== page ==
E.lebomboensis is said to be one of the most popular cycads in cultivation, although there is some confusion about its identity. Several populations of what were previously regarded as E. lebomboensis are now regarded as E. senticosus, including most of those found on the Lebombo Mountains.
It was first described in 1949 by Dr Inez Verdoorn. Its centre of distribution was the Lebombo Mountains, stretching from northern KwaZulu-Natal through Swaziland and up into Mpumalanga. In 1995 Dr Piet Vorster re-named the plants from the central part of the geographic range (the Lebombo range from 50 km north of Siteki in Swaziland to the Josini Dam/Pongolapoort Dam in Kwazulu-Natal) as E. senticosus, based mainly on differences in their cones. It was from this latter site, when the dam was developed in the 1960s, that many cycads were collected and entered the nursery trade as E. lebomboensis, although they are now E. senticosus.
Today E. lebomboensis is described as occuring in two areas, although this view is debated by some. There is a northern form around Mananga in Mpumalanga and a southern form centred around Piet Retief on the upper Pongola River Valley. Both forms are commonly found in cultivation.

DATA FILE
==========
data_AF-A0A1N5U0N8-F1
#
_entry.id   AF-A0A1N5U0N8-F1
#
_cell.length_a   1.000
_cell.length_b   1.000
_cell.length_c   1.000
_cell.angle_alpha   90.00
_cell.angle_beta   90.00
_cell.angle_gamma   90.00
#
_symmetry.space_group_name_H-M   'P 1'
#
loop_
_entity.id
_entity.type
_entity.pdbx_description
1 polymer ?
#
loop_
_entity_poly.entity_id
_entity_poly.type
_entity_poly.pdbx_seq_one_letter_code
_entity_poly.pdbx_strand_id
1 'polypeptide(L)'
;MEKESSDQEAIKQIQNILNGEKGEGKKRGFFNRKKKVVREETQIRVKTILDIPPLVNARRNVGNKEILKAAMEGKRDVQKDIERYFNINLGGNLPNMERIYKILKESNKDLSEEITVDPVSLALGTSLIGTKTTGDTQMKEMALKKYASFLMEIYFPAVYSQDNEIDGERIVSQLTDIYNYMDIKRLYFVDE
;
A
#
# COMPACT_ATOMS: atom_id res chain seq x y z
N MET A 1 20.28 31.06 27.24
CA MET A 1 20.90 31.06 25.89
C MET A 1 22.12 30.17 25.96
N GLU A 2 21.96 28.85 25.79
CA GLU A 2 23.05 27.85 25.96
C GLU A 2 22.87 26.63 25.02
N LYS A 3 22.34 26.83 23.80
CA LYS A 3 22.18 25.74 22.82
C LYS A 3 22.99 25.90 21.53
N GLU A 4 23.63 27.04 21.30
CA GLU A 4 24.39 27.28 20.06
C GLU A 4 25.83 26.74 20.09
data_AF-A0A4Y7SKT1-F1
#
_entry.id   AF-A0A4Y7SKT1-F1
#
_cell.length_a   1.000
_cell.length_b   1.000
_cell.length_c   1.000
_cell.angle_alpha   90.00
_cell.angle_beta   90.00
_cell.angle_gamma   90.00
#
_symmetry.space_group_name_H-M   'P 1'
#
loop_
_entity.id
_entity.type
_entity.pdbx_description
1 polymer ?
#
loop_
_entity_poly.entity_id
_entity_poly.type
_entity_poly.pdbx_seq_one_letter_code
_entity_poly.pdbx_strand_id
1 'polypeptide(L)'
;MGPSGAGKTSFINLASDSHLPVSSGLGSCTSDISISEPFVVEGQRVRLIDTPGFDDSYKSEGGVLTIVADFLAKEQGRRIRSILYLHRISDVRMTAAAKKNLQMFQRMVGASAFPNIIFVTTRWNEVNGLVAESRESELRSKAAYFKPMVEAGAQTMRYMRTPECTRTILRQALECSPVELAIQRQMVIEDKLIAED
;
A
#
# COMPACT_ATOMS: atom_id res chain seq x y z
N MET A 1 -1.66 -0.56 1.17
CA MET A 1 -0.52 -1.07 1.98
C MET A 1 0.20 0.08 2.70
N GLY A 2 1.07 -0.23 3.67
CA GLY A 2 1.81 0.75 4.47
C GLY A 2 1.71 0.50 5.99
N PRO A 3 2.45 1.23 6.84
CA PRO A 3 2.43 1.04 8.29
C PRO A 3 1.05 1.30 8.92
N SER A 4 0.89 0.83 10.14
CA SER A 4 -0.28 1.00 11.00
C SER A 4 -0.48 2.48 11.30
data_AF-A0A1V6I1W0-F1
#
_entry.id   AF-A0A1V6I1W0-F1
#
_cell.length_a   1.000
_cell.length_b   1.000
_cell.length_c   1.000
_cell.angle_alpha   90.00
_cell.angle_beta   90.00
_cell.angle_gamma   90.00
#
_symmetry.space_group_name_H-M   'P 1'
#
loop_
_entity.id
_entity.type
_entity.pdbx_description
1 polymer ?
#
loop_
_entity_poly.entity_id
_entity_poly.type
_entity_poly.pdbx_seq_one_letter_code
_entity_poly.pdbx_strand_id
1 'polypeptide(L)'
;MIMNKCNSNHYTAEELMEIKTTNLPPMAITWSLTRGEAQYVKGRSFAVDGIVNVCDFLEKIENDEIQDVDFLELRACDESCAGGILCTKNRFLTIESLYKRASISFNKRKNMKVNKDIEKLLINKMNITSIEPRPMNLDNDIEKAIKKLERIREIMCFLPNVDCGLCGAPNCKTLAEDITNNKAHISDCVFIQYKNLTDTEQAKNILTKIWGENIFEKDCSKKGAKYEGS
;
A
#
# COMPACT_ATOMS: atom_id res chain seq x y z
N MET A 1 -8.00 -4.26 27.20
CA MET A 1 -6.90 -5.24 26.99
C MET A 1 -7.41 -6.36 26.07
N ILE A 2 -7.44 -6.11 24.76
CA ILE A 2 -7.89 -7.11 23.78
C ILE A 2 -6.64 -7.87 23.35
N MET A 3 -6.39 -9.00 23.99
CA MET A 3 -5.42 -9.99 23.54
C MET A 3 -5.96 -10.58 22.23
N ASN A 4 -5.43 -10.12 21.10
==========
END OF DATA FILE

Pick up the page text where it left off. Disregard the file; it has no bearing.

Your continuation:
This is a medium to large cycad with stems which can grow to 4 m long. It is often procumbent with a crown of light to dark green, glossy leaves. It grows singly or in clumps of up to eight stems. It forms numerous suckers from the base and occasional offsets on the trunks. Stems of the Piet Retief form are shorter and stouter.
The differences between the forms are slight, with the Piet Retief form having narrower leaflets and female cones which are usually solitary, barrel-shaped and greeny- cream, as opposed to more apricot yellow, egg-shaped cones of the Mananga form.
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This cycad is suited to tropical and warm temperature regions. It is easily grown, hardy in full sun or light shade, relatively fast growing and transplants easily. It requires excellent drainage and may be damaged by heavy frosts, but can withstand light frosts. This cycad can be grown from seed or from the removal of suckers which transplant readily.
For more about the pests of cycads, please see Encephalartos horridus.
When obtaining cycads for your garden, please be sure to buy from reputable sources and guard against doing anything that might endanger wild populations of these plants.”
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